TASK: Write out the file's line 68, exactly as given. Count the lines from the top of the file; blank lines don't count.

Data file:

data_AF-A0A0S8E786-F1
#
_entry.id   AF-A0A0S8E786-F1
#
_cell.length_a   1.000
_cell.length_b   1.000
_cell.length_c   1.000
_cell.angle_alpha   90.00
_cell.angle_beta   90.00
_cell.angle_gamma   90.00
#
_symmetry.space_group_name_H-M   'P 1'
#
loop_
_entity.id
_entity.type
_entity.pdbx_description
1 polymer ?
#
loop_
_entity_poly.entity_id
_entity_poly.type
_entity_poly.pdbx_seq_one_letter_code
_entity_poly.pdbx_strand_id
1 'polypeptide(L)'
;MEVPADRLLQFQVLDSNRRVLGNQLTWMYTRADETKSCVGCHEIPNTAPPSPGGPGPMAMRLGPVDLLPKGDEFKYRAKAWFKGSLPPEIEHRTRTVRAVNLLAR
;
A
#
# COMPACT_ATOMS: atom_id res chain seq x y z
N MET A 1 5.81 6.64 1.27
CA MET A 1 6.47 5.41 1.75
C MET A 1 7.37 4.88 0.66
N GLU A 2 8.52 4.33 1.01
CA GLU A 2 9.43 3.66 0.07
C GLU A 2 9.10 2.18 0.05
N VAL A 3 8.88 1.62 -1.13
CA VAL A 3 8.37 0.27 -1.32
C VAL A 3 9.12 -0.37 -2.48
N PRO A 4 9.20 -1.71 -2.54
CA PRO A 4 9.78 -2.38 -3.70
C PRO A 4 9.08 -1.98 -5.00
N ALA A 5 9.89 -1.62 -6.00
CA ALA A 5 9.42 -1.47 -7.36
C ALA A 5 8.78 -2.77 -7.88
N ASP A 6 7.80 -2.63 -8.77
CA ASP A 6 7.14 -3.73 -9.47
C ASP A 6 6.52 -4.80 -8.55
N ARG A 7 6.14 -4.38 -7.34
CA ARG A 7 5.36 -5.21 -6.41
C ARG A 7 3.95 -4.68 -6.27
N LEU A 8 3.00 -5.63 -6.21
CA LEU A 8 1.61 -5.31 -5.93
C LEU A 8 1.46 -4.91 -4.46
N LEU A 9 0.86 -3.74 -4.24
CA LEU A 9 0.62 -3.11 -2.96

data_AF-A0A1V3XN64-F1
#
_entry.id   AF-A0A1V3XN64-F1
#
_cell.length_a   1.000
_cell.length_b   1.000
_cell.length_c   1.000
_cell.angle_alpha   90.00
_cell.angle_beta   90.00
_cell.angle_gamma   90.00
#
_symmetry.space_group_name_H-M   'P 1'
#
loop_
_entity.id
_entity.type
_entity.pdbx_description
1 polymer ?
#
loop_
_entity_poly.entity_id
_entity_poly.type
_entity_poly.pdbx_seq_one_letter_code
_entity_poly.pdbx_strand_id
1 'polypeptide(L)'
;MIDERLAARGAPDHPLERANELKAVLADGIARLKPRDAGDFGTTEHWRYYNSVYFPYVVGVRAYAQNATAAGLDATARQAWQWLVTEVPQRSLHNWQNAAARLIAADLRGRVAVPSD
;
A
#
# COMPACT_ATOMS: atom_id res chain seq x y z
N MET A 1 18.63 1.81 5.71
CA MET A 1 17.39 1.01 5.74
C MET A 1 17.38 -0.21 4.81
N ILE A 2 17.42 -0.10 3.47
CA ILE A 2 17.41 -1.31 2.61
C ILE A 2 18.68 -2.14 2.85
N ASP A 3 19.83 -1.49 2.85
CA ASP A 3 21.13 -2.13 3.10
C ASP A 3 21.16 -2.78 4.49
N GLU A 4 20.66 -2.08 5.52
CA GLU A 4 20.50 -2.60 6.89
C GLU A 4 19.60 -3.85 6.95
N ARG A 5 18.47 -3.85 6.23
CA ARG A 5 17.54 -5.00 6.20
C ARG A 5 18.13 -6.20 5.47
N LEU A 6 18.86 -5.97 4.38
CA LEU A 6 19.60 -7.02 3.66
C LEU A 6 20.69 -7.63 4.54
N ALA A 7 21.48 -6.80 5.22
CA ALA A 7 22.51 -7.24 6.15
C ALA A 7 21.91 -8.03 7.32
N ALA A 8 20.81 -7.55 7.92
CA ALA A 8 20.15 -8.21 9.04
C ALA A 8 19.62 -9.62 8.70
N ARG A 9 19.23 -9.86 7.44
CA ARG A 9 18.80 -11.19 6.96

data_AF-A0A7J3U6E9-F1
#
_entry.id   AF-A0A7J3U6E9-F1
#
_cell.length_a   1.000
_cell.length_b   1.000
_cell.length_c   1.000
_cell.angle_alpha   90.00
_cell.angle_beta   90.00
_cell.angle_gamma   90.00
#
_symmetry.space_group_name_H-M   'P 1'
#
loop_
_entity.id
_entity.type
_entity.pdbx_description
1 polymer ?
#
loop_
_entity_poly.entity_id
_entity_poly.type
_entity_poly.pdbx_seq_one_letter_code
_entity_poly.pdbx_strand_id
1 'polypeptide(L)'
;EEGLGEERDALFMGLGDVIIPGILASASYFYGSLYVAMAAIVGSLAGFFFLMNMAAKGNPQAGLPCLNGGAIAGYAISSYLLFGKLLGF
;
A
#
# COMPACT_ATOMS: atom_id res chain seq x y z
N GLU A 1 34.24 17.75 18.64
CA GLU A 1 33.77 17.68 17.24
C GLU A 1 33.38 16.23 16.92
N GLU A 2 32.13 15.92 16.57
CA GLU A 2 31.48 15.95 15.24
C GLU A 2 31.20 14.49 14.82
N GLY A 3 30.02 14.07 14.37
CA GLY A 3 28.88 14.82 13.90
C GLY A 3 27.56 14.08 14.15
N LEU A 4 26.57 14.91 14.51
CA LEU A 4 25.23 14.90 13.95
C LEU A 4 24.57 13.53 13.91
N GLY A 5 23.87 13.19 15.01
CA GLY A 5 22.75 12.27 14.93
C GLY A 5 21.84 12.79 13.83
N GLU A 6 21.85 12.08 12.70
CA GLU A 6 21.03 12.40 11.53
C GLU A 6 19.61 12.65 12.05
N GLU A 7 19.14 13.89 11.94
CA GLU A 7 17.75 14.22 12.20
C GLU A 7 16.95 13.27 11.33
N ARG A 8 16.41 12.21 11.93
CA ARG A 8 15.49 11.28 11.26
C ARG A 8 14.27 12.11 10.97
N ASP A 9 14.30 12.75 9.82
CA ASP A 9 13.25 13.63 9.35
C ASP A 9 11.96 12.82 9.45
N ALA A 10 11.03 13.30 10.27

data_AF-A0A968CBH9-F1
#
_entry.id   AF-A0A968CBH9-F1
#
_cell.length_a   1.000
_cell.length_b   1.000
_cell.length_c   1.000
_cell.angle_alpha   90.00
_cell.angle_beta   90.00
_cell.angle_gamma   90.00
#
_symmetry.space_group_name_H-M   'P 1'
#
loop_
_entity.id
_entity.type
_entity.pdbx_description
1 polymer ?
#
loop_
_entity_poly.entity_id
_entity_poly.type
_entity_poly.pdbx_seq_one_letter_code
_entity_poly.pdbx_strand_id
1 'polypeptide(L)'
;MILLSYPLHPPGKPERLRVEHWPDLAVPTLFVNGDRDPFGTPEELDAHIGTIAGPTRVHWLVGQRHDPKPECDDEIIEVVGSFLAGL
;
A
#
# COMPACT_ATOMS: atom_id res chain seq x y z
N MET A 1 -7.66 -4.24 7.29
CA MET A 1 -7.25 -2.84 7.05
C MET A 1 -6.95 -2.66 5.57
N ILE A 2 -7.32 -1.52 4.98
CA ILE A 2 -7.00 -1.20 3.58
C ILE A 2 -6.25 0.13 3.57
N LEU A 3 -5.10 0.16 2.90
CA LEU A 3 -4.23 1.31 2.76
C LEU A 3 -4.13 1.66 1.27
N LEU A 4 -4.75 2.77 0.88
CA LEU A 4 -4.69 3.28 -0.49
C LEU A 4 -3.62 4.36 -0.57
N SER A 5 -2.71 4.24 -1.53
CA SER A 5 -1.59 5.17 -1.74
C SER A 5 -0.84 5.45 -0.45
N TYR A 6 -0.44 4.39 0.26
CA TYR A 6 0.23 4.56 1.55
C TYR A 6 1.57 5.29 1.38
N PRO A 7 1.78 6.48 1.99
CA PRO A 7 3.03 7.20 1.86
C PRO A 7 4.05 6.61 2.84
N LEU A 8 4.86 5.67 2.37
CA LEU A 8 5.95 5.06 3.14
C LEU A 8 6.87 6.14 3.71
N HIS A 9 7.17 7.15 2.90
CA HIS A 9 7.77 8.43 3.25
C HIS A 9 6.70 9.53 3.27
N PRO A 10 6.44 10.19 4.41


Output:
_symmetry.space_group_name_H-M   'P 1'